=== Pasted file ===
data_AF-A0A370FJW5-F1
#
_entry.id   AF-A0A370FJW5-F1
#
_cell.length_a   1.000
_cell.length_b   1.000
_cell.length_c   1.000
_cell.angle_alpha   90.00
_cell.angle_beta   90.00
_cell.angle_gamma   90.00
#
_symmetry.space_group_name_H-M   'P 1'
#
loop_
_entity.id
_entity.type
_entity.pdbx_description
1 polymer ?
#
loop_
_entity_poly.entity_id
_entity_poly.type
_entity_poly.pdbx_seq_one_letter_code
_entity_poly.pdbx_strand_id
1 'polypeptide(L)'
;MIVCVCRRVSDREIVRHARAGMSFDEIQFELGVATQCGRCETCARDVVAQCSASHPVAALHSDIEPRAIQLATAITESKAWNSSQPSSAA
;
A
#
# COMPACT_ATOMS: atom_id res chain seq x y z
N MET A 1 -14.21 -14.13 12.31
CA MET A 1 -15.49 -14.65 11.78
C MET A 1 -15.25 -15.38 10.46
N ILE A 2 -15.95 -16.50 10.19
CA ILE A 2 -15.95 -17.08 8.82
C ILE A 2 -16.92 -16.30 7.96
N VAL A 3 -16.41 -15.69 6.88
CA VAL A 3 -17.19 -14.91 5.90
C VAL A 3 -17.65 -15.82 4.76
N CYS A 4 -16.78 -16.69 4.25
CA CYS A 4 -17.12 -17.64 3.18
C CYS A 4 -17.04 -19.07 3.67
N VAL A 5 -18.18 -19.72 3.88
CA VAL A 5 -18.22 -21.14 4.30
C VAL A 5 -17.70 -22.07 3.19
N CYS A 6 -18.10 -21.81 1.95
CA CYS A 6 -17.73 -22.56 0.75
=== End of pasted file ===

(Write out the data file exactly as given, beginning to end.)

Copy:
data_AF-A0A370FJW5-F1
#
_entry.id   AF-A0A370FJW5-F1
#
_cell.length_a   1.000
_cell.length_b   1.000
_cell.length_c   1.000
_cell.angle_alpha   90.00
_cell.angle_beta   90.00
_cell.angle_gamma   90.00
#
_symmetry.space_group_name_H-M   'P 1'
#
loop_
_entity.id
_entity.type
_entity.pdbx_description
1 polymer ?
#
loop_
_entity_poly.entity_id
_entity_poly.type
_entity_poly.pdbx_seq_one_letter_code
_entity_poly.pdbx_strand_id
1 'polypeptide(L)'
;MIVCVCRRVSDREIVRHARAGMSFDEIQFELGVATQCGRCETCARDVVAQCSASHPVAALHSDIEPRAIQLATAITESKAWNSSQPSSAA
;
A
#
# COMPACT_ATOMS: atom_id res chain seq x y z
N MET A 1 -14.21 -14.13 12.31
CA MET A 1 -15.49 -14.65 11.78
C MET A 1 -15.25 -15.38 10.46
N ILE A 2 -15.95 -16.50 10.19
CA ILE A 2 -15.95 -17.08 8.82
C ILE A 2 -16.92 -16.30 7.96
N VAL A 3 -16.41 -15.69 6.88
CA VAL A 3 -17.19 -14.91 5.90
C VAL A 3 -17.65 -15.82 4.76
N CYS A 4 -16.78 -16.69 4.25
CA CYS A 4 -17.12 -17.64 3.18
C CYS A 4 -17.04 -19.07 3.67
N VAL A 5 -18.18 -19.72 3.88
CA VAL A 5 -18.22 -21.14 4.30
C VAL A 5 -17.70 -22.07 3.19
N CYS A 6 -18.10 -21.81 1.95
CA CYS A 6 -17.73 -22.56 0.75